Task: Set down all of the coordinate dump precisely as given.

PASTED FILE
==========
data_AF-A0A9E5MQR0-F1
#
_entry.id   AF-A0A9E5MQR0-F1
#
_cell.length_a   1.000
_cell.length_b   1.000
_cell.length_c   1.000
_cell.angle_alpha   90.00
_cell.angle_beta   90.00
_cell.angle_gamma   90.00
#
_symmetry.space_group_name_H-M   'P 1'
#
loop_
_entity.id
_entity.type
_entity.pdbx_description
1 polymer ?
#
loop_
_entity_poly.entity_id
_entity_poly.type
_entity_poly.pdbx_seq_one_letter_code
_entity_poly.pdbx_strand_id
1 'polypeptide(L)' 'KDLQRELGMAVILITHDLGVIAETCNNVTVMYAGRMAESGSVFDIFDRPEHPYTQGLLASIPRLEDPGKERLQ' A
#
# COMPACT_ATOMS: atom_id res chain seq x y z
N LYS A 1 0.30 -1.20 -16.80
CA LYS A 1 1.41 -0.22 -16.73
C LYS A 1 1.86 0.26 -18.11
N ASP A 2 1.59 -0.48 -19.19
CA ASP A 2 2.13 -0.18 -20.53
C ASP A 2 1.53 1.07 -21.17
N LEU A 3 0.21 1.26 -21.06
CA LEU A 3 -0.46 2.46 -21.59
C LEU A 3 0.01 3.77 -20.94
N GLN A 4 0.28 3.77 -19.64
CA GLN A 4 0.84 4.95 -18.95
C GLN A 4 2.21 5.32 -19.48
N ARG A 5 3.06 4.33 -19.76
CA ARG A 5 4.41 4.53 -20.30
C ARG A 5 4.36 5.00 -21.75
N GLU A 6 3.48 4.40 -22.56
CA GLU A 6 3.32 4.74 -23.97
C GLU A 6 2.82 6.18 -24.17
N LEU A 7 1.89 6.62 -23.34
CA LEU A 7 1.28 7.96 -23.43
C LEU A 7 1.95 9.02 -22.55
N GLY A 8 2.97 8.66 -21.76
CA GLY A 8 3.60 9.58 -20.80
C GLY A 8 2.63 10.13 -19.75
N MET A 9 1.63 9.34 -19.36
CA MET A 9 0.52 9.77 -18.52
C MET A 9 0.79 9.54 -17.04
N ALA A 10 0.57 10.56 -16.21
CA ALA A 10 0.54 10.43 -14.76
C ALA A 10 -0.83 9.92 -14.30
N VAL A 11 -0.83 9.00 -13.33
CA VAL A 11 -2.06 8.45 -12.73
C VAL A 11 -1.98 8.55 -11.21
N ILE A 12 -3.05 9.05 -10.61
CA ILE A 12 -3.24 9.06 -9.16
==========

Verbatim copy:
data_AF-A0A9E5MQR0-F1
#
_entry.id   AF-A0A9E5MQR0-F1
#
_cell.length_a   1.000
_cell.length_b   1.000
_cell.length_c   1.000
_cell.angle_alpha   90.00
_cell.angle_beta   90.00
_cell.angle_gamma   90.00
#
_symmetry.space_group_name_H-M   'P 1'
#
loop_
_entity.id
_entity.type
_entity.pdbx_description
1 polymer ?
#
loop_
_entity_poly.entity_id
_entity_poly.type
_entity_poly.pdbx_seq_one_letter_code
_entity_poly.pdbx_strand_id
1 'polypeptide(L)' 'KDLQRELGMAVILITHDLGVIAETCNNVTVMYAGRMAESGSVFDIFDRPEHPYTQGLLASIPRLEDPGKERLQ' A
#
# COMPACT_ATOMS: atom_id res chain seq x y z
N LYS A 1 0.30 -1.20 -16.80
CA LYS A 1 1.41 -0.22 -16.73
C LYS A 1 1.86 0.26 -18.11
N ASP A 2 1.59 -0.48 -19.19
CA ASP A 2 2.13 -0.18 -20.53
C ASP A 2 1.53 1.07 -21.17
N LEU A 3 0.21 1.26 -21.06
CA LEU A 3 -0.46 2.46 -21.59
C LEU A 3 0.01 3.77 -20.94
N GLN A 4 0.28 3.77 -19.64
CA GLN A 4 0.84 4.95 -18.95
C GLN A 4 2.21 5.32 -19.48
N ARG A 5 3.06 4.33 -19.76
CA ARG A 5 4.41 4.53 -20.30
C ARG A 5 4.36 5.00 -21.75
N GLU A 6 3.48 4.40 -22.56
CA GLU A 6 3.32 4.74 -23.97
C GLU A 6 2.82 6.18 -24.17
N LEU A 7 1.89 6.62 -23.34
CA LEU A 7 1.28 7.96 -23.43
C LEU A 7 1.95 9.02 -22.55
N GLY A 8 2.97 8.66 -21.76
CA GLY A 8 3.60 9.58 -20.80
C GLY A 8 2.63 10.13 -19.75
N MET A 9 1.63 9.34 -19.36
CA MET A 9 0.52 9.77 -18.52
C MET A 9 0.79 9.54 -17.04
N ALA A 10 0.57 10.56 -16.21
CA ALA A 10 0.54 10.43 -14.76
C ALA A 10 -0.83 9.92 -14.30
N VAL A 11 -0.83 9.00 -13.33
CA VAL A 11 -2.06 8.45 -12.73
C VAL A 11 -1.98 8.55 -11.21
N ILE A 12 -3.05 9.05 -10.61
CA ILE A 12 -3.24 9.06 -9.16